This week the Kansas House of Representatives approved a bill to establish a medical marijuana program, but the legislation’s prospects don’t look great in the state Senate.
“Today, a Republican initiative to legalize medical marijuana was passed by a Republican supermajority in a non-ballot initiative state,” Erin Montroy, CEO for the Kansas Cannabis Business Association, said Thursday. “This is a watershed moment, the point where everything changes and nothing will ever be the same.”
The legislation would establish a medical marijuana program for qualified patients. It lists about two dozen conditions that make a person eligible for cannabis, including Alzheimer’s disease, cancer, Crohn’s disease, glaucoma, multiple sclerosis, post-traumatic stress disorder and traumatic brain injury.
“This is a watershed moment, the point where everything changes and nothing will ever be the same”Erin Montroy
But its prospects look dim in the state Senate. The chamber has days left before the end of the legislative veto session, and GOP leaders have signaled marijuana reform isn’t a priority to them.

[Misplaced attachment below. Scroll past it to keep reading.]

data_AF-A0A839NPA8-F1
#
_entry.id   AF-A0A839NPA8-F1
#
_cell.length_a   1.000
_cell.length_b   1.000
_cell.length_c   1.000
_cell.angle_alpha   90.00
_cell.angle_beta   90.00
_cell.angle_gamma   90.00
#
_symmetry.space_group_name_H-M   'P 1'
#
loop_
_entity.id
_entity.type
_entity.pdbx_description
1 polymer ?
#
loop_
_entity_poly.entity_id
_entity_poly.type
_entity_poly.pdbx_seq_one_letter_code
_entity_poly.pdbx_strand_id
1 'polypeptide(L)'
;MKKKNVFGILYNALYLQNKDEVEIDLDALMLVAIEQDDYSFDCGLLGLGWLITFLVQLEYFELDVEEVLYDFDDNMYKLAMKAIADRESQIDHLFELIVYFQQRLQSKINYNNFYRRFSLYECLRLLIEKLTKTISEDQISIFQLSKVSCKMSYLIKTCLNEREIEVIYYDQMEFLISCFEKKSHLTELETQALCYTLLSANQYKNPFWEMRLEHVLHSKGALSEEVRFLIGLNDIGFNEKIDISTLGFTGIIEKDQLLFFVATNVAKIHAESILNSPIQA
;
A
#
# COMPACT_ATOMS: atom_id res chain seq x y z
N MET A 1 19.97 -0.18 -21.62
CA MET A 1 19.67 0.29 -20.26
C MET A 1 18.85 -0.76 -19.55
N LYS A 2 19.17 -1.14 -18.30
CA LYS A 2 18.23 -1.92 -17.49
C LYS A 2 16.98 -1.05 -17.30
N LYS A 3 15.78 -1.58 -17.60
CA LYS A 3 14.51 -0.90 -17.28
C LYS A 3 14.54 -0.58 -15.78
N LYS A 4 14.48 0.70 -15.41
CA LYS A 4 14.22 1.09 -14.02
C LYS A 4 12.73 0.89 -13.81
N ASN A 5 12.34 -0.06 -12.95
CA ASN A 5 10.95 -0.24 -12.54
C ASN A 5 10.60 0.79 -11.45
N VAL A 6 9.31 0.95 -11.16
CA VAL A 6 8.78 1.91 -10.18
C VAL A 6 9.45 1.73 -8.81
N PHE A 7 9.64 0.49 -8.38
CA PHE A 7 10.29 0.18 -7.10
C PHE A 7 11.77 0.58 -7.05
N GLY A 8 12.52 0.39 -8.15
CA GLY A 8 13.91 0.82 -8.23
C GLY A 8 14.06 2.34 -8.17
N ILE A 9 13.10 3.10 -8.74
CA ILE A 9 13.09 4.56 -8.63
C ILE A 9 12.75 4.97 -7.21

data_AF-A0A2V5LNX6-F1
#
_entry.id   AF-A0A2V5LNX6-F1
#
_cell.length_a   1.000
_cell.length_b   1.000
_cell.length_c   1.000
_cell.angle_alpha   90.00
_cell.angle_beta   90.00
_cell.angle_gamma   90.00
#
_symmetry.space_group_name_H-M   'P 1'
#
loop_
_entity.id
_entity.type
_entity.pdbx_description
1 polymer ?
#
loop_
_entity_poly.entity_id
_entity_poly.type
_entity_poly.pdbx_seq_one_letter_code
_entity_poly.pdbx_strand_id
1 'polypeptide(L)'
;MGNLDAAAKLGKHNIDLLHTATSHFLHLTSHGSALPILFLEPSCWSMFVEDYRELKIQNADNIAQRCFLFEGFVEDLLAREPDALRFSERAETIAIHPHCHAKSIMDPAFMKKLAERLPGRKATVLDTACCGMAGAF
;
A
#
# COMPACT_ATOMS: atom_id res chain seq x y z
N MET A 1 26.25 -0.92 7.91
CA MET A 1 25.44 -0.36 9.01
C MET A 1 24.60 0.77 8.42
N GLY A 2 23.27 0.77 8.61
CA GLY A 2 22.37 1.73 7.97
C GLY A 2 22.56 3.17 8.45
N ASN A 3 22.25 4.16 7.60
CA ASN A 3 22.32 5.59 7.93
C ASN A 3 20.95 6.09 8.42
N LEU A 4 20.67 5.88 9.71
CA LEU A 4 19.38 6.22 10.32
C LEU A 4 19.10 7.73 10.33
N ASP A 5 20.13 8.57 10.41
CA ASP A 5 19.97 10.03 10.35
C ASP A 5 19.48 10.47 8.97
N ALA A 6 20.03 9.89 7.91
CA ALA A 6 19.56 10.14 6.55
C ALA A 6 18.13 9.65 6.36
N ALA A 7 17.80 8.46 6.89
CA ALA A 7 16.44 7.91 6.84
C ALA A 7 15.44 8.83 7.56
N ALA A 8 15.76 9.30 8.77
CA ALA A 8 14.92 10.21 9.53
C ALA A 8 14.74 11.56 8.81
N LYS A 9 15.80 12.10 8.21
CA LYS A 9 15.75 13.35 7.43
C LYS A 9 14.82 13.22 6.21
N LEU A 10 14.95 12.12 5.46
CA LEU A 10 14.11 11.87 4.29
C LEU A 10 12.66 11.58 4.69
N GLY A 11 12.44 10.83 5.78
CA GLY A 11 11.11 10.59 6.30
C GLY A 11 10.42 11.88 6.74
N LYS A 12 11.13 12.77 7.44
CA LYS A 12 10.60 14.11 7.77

“I can’t imagine we’d take the subject matter up this year,” Republican Senate President Ty Masterson said earlier in the week.
A spokesperson for his office separately said the chamber is focused on passing budget legislation and a school funding measure in the final days of the session.
If the Senate doesn’t take up the medical marijuana bill by Tuesday, it would still be alive in 2022 when the second half of the legislative session kicks off.
But even if senators do make time to establish a bicameral conference committee to consider the proposal, there are still serious doubts about whether the body would approve the resulting negotiated legislation. And defeat in the Senate this year would mean lawmakers would have to start the process all over again if they wanted to pursue the reform again next year.
The bill moved through the House Federal and State Affairs Committee after a series of hearings and onto the floor in March, but then it was re-referred to the panel for further consideration. Members then adopted several additional amendments before sending it back on the floor.
Democratic Gov. Laura Kelly, for her part, supports medical cannabis. Though she pushed a separate proposal to legalize medical cannabis and use the resulting revenue to support Medicaid expansion.
This piece is a part of a content sharing arrangement between The News Station and Marijuana Moment.